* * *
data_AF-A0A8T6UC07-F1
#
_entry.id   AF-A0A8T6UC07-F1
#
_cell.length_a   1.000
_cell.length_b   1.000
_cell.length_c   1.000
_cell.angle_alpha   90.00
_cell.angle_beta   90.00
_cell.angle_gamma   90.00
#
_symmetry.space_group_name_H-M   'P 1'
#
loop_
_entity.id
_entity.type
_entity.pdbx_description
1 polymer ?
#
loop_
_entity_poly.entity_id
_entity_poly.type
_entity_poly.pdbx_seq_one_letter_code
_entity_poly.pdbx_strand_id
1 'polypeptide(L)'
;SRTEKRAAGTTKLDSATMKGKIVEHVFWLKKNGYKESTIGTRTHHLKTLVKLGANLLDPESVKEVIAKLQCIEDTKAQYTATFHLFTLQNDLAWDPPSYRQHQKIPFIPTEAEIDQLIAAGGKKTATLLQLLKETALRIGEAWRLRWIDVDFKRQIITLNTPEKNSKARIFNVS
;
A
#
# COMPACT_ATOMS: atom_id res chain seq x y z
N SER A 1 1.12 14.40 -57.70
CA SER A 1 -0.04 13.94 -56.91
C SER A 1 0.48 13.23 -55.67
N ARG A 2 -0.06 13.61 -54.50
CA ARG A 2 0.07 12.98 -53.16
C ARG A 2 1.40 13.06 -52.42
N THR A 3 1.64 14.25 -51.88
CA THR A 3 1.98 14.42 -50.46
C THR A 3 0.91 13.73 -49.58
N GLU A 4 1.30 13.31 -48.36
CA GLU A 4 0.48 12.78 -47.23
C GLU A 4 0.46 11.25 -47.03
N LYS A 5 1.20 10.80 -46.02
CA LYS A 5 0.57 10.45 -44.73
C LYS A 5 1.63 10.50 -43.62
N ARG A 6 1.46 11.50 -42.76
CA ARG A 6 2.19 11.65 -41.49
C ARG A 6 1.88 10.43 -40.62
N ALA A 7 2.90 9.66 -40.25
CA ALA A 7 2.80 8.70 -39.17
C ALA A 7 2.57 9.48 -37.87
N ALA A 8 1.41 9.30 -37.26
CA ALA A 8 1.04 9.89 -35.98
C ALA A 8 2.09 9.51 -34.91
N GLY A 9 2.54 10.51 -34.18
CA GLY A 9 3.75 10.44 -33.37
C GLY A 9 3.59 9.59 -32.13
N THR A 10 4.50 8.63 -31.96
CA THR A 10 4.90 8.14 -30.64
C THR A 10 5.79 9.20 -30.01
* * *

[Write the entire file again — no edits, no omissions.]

data_AF-A0A8T6UC07-F1
#
_entry.id   AF-A0A8T6UC07-F1
#
_cell.length_a   1.000
_cell.length_b   1.000
_cell.length_c   1.000
_cell.angle_alpha   90.00
_cell.angle_beta   90.00
_cell.angle_gamma   90.00
#
_symmetry.space_group_name_H-M   'P 1'
#
loop_
_entity.id
_entity.type
_entity.pdbx_description
1 polymer ?
#
loop_
_entity_poly.entity_id
_entity_poly.type
_entity_poly.pdbx_seq_one_letter_code
_entity_poly.pdbx_strand_id
1 'polypeptide(L)'
;SRTEKRAAGTTKLDSATMKGKIVEHVFWLKKNGYKESTIGTRTHHLKTLVKLGANLLDPESVKEVIAKLQCIEDTKAQYTATFHLFTLQNDLAWDPPSYRQHQKIPFIPTEAEIDQLIAAGGKKTATLLQLLKETALRIGEAWRLRWIDVDFKRQIITLNTPEKNSKARIFNVS
;
A
#
# COMPACT_ATOMS: atom_id res chain seq x y z
N SER A 1 1.12 14.40 -57.70
CA SER A 1 -0.04 13.94 -56.91
C SER A 1 0.48 13.23 -55.67
N ARG A 2 -0.06 13.61 -54.50
CA ARG A 2 0.07 12.98 -53.16
C ARG A 2 1.40 13.06 -52.42
N THR A 3 1.64 14.25 -51.88
CA THR A 3 1.98 14.42 -50.46
C THR A 3 0.91 13.73 -49.58
N GLU A 4 1.30 13.31 -48.36
CA GLU A 4 0.48 12.78 -47.23
C GLU A 4 0.46 11.25 -47.03
N LYS A 5 1.20 10.80 -46.02
CA LYS A 5 0.57 10.45 -44.73
C LYS A 5 1.63 10.50 -43.62
N ARG A 6 1.46 11.50 -42.76
CA ARG A 6 2.19 11.65 -41.49
C ARG A 6 1.88 10.43 -40.62
N ALA A 7 2.90 9.66 -40.25
CA ALA A 7 2.80 8.70 -39.17
C ALA A 7 2.57 9.48 -37.87
N ALA A 8 1.41 9.30 -37.26
CA ALA A 8 1.04 9.89 -35.98
C ALA A 8 2.09 9.51 -34.91
N GLY A 9 2.54 10.51 -34.18
CA GLY A 9 3.75 10.44 -33.37
C GLY A 9 3.59 9.59 -32.13
N THR A 10 4.50 8.63 -31.96
CA THR A 10 4.90 8.14 -30.64
C THR A 10 5.79 9.20 -30.01